Fractional Brownian motion is also known as the "Random Walk Process." It basically consists of steps in a random direction and with a step-length that has some characteristic value. Hence the random walk process. A key feature to fBm is that if you zoom in on any part of the function you will produce a similar random walk in the zoomed in part. To get a good understanding of fBm we must first look at Brownian motion itself.
For any math buff out there, here is a methematical explaination of Brownian motion.
A slightly different definition:
Some of you are probably sitting there trying to figure out just what these definitions mean. Put simply they mean that as you go along the function will either increment or decrement by a certain amount. This amount is determined by how close you are looking at the function. The integral in the second definition makes sure that as you get closer to the graph the amount the function changes gets smaller and smaller. In other words Brownian Motion is a line that will jump up and down a random amount and simular to the "How Long is the Coast of Britain?" problem, as you zoom in on the function you will discover similar patterns to the larger function.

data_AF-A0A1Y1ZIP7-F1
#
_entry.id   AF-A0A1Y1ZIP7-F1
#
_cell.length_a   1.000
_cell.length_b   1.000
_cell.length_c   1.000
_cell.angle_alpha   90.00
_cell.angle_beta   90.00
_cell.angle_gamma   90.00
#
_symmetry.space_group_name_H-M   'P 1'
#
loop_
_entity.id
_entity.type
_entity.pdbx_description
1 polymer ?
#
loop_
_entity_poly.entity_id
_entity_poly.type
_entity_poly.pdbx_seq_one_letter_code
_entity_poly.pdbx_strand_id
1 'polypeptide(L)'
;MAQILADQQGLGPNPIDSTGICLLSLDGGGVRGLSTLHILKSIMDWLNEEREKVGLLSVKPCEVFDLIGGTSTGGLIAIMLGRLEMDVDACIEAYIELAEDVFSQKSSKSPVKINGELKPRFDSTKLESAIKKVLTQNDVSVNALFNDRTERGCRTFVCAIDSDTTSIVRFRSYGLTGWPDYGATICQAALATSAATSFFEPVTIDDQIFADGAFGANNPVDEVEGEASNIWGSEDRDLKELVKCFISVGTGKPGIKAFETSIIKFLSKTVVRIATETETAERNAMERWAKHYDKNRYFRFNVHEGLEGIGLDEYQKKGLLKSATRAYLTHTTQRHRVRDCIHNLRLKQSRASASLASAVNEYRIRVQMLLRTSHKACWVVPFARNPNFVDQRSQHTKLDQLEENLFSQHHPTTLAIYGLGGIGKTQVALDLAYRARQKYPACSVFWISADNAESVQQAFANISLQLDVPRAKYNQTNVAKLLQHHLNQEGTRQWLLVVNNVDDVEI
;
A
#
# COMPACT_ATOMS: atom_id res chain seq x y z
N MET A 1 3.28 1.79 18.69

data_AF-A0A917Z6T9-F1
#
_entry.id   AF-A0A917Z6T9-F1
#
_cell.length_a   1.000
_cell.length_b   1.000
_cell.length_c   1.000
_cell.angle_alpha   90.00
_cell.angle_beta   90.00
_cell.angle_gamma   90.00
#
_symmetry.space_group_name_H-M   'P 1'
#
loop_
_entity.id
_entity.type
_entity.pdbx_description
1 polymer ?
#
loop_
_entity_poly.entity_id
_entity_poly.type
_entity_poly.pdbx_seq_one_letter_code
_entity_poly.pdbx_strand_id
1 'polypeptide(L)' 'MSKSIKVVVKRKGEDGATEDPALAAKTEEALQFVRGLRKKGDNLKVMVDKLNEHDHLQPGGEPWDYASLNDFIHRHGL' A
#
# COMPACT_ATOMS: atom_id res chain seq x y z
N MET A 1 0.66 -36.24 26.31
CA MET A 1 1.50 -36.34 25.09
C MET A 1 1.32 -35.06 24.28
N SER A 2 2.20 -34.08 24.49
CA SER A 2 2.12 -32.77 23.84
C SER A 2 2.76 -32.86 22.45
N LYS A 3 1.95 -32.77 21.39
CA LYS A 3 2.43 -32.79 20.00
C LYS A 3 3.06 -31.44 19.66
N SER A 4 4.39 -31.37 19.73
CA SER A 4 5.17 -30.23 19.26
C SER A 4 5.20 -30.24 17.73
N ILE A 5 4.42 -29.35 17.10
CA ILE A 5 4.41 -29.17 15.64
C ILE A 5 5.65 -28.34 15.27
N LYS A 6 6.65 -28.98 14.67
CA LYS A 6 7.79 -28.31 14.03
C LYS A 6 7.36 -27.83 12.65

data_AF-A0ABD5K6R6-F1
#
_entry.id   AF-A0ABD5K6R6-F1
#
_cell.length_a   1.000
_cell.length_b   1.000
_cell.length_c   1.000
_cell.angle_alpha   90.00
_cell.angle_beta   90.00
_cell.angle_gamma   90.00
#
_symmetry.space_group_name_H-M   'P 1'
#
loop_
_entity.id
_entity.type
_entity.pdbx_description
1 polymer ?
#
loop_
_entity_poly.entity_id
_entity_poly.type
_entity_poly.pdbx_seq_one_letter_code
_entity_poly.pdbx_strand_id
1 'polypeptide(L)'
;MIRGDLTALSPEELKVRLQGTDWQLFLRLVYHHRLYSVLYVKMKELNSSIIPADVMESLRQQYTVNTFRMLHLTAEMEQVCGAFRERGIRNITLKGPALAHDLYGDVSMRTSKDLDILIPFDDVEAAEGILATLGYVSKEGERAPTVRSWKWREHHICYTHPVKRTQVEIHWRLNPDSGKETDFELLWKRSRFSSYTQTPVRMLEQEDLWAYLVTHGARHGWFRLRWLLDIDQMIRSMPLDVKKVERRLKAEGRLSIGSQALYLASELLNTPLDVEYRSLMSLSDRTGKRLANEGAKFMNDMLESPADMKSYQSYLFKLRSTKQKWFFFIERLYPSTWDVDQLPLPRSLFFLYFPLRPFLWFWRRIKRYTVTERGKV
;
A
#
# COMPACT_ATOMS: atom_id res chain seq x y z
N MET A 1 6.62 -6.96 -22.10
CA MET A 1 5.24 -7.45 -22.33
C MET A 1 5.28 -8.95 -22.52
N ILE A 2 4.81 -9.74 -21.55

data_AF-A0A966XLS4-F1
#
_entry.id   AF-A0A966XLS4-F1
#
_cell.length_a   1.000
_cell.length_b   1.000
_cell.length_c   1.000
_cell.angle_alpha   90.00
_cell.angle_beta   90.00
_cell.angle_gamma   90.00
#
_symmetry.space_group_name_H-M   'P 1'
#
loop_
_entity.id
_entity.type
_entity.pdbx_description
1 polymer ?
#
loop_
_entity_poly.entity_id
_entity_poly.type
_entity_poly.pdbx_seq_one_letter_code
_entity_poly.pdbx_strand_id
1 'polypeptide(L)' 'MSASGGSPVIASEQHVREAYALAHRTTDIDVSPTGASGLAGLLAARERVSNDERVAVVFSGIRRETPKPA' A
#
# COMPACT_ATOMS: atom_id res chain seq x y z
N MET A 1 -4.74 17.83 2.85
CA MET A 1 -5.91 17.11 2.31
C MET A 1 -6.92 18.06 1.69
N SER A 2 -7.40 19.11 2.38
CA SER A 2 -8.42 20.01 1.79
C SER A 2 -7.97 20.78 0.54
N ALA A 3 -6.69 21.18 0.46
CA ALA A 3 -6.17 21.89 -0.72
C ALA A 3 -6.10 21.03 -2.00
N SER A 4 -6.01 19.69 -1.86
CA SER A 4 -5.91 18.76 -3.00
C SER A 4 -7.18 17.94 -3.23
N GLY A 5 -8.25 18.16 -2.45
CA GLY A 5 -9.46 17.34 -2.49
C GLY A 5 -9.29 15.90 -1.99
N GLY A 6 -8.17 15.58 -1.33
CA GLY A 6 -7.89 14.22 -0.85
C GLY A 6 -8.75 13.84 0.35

The two images above are examples of Brownian Motion. The first being a function over time. Where as t increases the function jumps up or down a varying degree. The second is the result of applying Brownian Motion to the xy-plane. You simply replace the values in the function with x and y. It gives you a nice random line that moves around the page.
As with before I will give you the mathematical description of the function:
The main difference between fBm and regular Brownian motion is that while the increments in Brownian Motion are independent they are dependent in fBm. This dependence means that if there is an increasing pattern in the previous "steps," then it is likely that the current step will be increasing as well.An Example of fBm in JAVA